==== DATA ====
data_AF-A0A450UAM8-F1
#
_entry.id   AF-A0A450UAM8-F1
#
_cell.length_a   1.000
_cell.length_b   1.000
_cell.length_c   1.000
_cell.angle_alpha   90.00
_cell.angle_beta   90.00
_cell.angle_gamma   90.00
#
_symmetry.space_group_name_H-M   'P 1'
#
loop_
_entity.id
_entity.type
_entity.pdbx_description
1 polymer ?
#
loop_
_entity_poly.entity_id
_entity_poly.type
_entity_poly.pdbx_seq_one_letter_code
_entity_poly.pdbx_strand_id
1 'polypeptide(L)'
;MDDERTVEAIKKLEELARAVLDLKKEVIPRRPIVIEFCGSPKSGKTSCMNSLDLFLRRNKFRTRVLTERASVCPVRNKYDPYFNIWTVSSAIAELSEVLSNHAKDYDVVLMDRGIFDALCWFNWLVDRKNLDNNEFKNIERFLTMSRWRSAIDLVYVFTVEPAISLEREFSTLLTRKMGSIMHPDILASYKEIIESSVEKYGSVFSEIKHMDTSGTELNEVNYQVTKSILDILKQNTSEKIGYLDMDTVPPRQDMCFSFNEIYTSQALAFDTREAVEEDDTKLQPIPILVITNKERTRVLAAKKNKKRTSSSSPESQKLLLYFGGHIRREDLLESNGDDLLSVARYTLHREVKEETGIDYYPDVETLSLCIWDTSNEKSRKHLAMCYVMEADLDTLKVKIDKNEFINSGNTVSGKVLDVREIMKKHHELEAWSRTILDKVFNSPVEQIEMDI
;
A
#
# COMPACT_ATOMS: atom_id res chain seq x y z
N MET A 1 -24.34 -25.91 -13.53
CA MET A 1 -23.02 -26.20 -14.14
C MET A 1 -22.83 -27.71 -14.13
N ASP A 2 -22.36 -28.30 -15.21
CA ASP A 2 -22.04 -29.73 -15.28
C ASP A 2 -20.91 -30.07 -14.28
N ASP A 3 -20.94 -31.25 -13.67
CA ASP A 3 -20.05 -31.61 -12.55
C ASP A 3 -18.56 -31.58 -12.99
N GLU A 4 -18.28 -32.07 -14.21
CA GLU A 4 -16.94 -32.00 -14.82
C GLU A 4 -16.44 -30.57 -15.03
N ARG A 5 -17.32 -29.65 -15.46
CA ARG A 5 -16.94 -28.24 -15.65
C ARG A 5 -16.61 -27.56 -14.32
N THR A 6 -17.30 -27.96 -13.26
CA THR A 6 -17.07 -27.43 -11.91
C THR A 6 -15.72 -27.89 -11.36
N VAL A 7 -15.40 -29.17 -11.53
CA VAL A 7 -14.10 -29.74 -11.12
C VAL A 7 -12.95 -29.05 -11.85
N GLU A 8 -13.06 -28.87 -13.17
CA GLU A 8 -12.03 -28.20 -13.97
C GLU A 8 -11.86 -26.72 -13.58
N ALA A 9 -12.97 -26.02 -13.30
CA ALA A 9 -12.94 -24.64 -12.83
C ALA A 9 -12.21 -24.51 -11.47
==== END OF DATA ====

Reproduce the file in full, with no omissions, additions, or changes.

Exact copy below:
data_AF-A0A450UAM8-F1
#
_entry.id   AF-A0A450UAM8-F1
#
_cell.length_a   1.000
_cell.length_b   1.000
_cell.length_c   1.000
_cell.angle_alpha   90.00
_cell.angle_beta   90.00
_cell.angle_gamma   90.00
#
_symmetry.space_group_name_H-M   'P 1'
#
loop_
_entity.id
_entity.type
_entity.pdbx_description
1 polymer ?
#
loop_
_entity_poly.entity_id
_entity_poly.type
_entity_poly.pdbx_seq_one_letter_code
_entity_poly.pdbx_strand_id
1 'polypeptide(L)'
;MDDERTVEAIKKLEELARAVLDLKKEVIPRRPIVIEFCGSPKSGKTSCMNSLDLFLRRNKFRTRVLTERASVCPVRNKYDPYFNIWTVSSAIAELSEVLSNHAKDYDVVLMDRGIFDALCWFNWLVDRKNLDNNEFKNIERFLTMSRWRSAIDLVYVFTVEPAISLEREFSTLLTRKMGSIMHPDILASYKEIIESSVEKYGSVFSEIKHMDTSGTELNEVNYQVTKSILDILKQNTSEKIGYLDMDTVPPRQDMCFSFNEIYTSQALAFDTREAVEEDDTKLQPIPILVITNKERTRVLAAKKNKKRTSSSSPESQKLLLYFGGHIRREDLLESNGDDLLSVARYTLHREVKEETGIDYYPDVETLSLCIWDTSNEKSRKHLAMCYVMEADLDTLKVKIDKNEFINSGNTVSGKVLDVREIMKKHHELEAWSRTILDKVFNSPVEQIEMDI
;
A
#
# COMPACT_ATOMS: atom_id res chain seq x y z
N MET A 1 -24.34 -25.91 -13.53
CA MET A 1 -23.02 -26.20 -14.14
C MET A 1 -22.83 -27.71 -14.13
N ASP A 2 -22.36 -28.30 -15.21
CA ASP A 2 -22.04 -29.73 -15.28
C ASP A 2 -20.91 -30.07 -14.28
N ASP A 3 -20.94 -31.25 -13.67
CA ASP A 3 -20.05 -31.61 -12.55
C ASP A 3 -18.56 -31.58 -12.99
N GLU A 4 -18.28 -32.07 -14.21
CA GLU A 4 -16.94 -32.00 -14.82
C GLU A 4 -16.44 -30.57 -15.03
N ARG A 5 -17.32 -29.65 -15.46
CA ARG A 5 -16.94 -28.24 -15.65
C ARG A 5 -16.61 -27.56 -14.32
N THR A 6 -17.30 -27.96 -13.26
CA THR A 6 -17.07 -27.43 -11.91
C THR A 6 -15.72 -27.89 -11.36
N VAL A 7 -15.40 -29.17 -11.53
CA VAL A 7 -14.10 -29.74 -11.12
C VAL A 7 -12.95 -29.05 -11.85
N GLU A 8 -13.06 -28.87 -13.17
CA GLU A 8 -12.03 -28.20 -13.97
C GLU A 8 -11.86 -26.72 -13.58
N ALA A 9 -12.97 -26.02 -13.30
CA ALA A 9 -12.94 -24.64 -12.83
C ALA A 9 -12.21 -24.51 -11.47